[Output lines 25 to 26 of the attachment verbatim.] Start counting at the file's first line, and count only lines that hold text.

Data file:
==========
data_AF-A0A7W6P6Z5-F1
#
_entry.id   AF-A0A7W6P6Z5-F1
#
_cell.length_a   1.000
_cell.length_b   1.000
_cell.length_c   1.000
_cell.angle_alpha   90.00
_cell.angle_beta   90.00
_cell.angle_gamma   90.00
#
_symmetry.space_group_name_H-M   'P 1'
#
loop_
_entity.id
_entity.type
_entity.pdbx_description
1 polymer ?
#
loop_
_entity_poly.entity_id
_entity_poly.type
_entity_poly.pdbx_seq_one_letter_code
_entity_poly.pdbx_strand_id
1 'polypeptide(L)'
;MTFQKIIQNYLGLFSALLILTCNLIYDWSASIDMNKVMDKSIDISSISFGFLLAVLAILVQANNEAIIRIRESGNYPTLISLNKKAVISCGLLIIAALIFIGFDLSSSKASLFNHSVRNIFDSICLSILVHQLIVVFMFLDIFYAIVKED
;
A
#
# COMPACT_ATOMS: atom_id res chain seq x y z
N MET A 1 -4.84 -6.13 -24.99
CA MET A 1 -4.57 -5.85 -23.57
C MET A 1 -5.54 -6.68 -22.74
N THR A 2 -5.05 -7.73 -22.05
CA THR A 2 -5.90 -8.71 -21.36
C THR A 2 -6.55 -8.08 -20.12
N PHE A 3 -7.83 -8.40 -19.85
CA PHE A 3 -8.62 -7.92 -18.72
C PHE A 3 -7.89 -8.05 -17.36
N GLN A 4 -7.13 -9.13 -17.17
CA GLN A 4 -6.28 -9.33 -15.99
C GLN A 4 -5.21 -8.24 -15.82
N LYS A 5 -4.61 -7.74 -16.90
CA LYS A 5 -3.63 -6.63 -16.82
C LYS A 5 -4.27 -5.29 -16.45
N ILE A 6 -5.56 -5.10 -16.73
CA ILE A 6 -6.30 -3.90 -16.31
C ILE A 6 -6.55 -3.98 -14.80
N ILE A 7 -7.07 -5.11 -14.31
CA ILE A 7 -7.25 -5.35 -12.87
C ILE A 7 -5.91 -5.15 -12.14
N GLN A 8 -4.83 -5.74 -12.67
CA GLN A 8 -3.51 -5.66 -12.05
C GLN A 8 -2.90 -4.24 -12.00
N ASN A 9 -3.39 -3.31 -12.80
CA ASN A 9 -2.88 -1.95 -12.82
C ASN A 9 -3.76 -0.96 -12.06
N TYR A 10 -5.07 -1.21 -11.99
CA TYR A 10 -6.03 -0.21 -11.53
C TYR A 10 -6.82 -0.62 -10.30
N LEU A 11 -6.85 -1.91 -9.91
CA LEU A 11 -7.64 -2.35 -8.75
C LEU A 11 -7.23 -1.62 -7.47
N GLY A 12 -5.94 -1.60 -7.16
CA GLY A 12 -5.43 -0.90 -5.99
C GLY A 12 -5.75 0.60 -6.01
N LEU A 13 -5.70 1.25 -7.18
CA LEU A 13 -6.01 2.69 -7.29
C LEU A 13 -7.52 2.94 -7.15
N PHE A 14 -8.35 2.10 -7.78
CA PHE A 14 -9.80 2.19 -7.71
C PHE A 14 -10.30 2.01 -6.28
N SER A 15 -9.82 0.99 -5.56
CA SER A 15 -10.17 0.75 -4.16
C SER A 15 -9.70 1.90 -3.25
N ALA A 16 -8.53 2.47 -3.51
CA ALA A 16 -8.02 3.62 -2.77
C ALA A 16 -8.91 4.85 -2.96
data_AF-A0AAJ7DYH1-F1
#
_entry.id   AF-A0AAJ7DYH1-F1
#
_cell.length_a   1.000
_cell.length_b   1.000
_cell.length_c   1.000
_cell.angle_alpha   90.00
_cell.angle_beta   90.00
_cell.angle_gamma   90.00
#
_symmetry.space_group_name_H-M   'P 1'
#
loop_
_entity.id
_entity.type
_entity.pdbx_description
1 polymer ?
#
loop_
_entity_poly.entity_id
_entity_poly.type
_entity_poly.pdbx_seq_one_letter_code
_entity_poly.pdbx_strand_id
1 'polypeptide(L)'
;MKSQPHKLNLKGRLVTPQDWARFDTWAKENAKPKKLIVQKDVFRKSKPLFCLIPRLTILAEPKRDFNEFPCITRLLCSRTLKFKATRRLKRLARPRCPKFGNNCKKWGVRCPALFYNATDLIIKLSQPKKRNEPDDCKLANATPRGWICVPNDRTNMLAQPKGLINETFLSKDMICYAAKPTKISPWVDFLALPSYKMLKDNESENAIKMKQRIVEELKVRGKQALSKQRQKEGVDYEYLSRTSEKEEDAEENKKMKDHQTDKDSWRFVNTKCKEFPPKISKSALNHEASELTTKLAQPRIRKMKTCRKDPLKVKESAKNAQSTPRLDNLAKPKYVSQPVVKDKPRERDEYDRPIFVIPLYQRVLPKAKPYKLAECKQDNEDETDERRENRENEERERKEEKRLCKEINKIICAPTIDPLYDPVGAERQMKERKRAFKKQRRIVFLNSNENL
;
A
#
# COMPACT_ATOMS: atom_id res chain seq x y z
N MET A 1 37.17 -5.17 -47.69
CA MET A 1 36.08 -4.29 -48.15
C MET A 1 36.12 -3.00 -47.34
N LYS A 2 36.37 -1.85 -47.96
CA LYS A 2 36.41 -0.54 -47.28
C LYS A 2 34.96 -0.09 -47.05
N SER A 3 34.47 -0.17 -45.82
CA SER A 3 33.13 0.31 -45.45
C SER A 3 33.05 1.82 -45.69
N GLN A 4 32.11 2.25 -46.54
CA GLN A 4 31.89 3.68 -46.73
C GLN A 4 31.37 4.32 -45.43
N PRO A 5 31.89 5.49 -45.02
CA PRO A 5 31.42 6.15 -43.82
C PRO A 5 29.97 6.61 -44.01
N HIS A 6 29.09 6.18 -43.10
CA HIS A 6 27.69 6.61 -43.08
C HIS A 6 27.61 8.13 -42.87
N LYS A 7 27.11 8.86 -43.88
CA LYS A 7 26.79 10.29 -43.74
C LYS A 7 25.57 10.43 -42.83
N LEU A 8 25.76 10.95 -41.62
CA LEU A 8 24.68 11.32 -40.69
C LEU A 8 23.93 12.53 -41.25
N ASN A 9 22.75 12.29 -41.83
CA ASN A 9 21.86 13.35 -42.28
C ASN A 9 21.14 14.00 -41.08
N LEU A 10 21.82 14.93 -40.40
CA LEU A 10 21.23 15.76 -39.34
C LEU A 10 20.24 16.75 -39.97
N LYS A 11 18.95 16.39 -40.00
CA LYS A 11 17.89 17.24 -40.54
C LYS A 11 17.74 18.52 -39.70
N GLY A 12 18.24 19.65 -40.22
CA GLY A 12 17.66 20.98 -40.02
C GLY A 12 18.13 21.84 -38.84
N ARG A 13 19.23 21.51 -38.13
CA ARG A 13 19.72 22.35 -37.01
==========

1 'polypeptide(L)'
;MTFQKIIQNYLGLFSALLILTCNLIYDWSASIDMNKVMDKSIDISSISFGFLLAVLAILVQANNEAIIRIRESGNYPTLISLNKKAVISCGLLIIAALIFIGFDLSSSKASLFNHSVRNIFDSICLSILVHQLIVVFMFLDIFYAIVKED